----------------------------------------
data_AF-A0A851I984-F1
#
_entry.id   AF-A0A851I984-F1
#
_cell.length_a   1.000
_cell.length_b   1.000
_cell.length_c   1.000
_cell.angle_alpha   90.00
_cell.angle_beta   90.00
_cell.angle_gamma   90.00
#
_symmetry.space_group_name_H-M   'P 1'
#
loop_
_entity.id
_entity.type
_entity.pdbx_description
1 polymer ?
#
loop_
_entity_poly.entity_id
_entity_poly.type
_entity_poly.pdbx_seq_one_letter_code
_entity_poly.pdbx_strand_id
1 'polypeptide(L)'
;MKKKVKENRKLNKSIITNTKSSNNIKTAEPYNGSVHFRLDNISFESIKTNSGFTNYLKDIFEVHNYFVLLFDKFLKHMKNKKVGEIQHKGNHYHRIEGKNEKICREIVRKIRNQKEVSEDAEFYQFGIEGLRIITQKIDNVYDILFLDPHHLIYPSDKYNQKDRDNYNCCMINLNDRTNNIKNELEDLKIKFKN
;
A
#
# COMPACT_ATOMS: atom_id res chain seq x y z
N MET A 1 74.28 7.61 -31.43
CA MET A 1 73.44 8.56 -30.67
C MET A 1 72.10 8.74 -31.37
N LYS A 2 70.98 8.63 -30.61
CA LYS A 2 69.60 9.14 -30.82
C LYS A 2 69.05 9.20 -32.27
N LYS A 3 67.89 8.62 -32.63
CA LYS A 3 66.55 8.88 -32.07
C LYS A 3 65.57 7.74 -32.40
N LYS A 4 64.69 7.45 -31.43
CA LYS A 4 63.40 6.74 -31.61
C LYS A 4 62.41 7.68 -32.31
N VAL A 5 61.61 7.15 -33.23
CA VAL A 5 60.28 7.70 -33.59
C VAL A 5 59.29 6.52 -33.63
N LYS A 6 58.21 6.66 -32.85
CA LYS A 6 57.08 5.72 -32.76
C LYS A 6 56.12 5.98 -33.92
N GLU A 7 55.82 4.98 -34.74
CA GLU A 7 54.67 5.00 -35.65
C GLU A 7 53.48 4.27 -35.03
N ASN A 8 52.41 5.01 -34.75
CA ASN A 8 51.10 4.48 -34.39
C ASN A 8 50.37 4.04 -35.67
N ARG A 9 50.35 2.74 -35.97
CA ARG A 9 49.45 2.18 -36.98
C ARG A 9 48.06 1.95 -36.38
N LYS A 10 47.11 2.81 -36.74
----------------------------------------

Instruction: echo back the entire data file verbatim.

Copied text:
data_AF-A0A851I984-F1
#
_entry.id   AF-A0A851I984-F1
#
_cell.length_a   1.000
_cell.length_b   1.000
_cell.length_c   1.000
_cell.angle_alpha   90.00
_cell.angle_beta   90.00
_cell.angle_gamma   90.00
#
_symmetry.space_group_name_H-M   'P 1'
#
loop_
_entity.id
_entity.type
_entity.pdbx_description
1 polymer ?
#
loop_
_entity_poly.entity_id
_entity_poly.type
_entity_poly.pdbx_seq_one_letter_code
_entity_poly.pdbx_strand_id
1 'polypeptide(L)'
;MKKKVKENRKLNKSIITNTKSSNNIKTAEPYNGSVHFRLDNISFESIKTNSGFTNYLKDIFEVHNYFVLLFDKFLKHMKNKKVGEIQHKGNHYHRIEGKNEKICREIVRKIRNQKEVSEDAEFYQFGIEGLRIITQKIDNVYDILFLDPHHLIYPSDKYNQKDRDNYNCCMINLNDRTNNIKNELEDLKIKFKN
;
A
#
# COMPACT_ATOMS: atom_id res chain seq x y z
N MET A 1 74.28 7.61 -31.43
CA MET A 1 73.44 8.56 -30.67
C MET A 1 72.10 8.74 -31.37
N LYS A 2 70.98 8.63 -30.61
CA LYS A 2 69.60 9.14 -30.82
C LYS A 2 69.05 9.20 -32.27
N LYS A 3 67.89 8.62 -32.63
CA LYS A 3 66.55 8.88 -32.07
C LYS A 3 65.57 7.74 -32.40
N LYS A 4 64.69 7.45 -31.43
CA LYS A 4 63.40 6.74 -31.61
C LYS A 4 62.41 7.68 -32.31
N VAL A 5 61.61 7.15 -33.23
CA VAL A 5 60.28 7.70 -33.59
C VAL A 5 59.29 6.52 -33.63
N LYS A 6 58.21 6.66 -32.85
CA LYS A 6 57.08 5.72 -32.76
C LYS A 6 56.12 5.98 -33.92
N GLU A 7 55.82 4.98 -34.74
CA GLU A 7 54.67 5.00 -35.65
C GLU A 7 53.48 4.27 -35.03
N ASN A 8 52.41 5.01 -34.75
CA ASN A 8 51.10 4.48 -34.39
C ASN A 8 50.37 4.04 -35.67
N ARG A 9 50.35 2.74 -35.97
CA ARG A 9 49.45 2.18 -36.98
C ARG A 9 48.06 1.95 -36.38
N LYS A 10 47.11 2.81 -36.74